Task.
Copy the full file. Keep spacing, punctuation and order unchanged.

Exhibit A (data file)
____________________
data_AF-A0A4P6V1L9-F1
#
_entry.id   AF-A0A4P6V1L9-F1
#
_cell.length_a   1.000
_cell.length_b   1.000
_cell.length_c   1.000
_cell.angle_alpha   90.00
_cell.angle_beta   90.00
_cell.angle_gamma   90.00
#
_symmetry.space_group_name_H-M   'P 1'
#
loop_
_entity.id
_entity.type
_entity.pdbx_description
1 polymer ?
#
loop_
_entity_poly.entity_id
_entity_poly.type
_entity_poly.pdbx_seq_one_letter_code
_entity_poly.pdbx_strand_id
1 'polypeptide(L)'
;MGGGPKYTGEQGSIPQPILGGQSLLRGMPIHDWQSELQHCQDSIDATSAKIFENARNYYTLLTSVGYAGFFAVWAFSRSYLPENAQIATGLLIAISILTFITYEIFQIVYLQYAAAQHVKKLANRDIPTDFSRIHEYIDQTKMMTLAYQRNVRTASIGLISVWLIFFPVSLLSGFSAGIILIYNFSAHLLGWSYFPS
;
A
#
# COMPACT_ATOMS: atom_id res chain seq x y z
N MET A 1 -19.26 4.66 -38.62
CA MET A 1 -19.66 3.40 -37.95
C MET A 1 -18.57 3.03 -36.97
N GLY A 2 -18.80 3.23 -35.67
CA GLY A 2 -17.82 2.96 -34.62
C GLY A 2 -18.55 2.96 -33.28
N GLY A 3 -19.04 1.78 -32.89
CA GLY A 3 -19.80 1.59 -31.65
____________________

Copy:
data_AF-A0A4P6V1L9-F1
#
_entry.id   AF-A0A4P6V1L9-F1
#
_cell.length_a   1.000
_cell.length_b   1.000
_cell.length_c   1.000
_cell.angle_alpha   90.00
_cell.angle_beta   90.00
_cell.angle_gamma   90.00
#
_symmetry.space_group_name_H-M   'P 1'
#
loop_
_entity.id
_entity.type
_entity.pdbx_description
1 polymer ?
#
loop_
_entity_poly.entity_id
_entity_poly.type
_entity_poly.pdbx_seq_one_letter_code
_entity_poly.pdbx_strand_id
1 'polypeptide(L)'
;MGGGPKYTGEQGSIPQPILGGQSLLRGMPIHDWQSELQHCQDSIDATSAKIFENARNYYTLLTSVGYAGFFAVWAFSRSYLPENAQIATGLLIAISILTFITYEIFQIVYLQYAAAQHVKKLANRDIPTDFSRIHEYIDQTKMMTLAYQRNVRTASIGLISVWLIFFPVSLLSGFSAGIILIYNFSAHLLGWSYFPS
;
A
#
# COMPACT_ATOMS: atom_id res chain seq x y z
N MET A 1 -19.26 4.66 -38.62
CA MET A 1 -19.66 3.40 -37.95
C MET A 1 -18.57 3.03 -36.97
N GLY A 2 -18.80 3.23 -35.67
CA GLY A 2 -17.82 2.96 -34.62
C GLY A 2 -18.55 2.96 -33.28
N GLY A 3 -19.04 1.78 -32.89
CA GLY A 3 -19.80 1.59 -31.65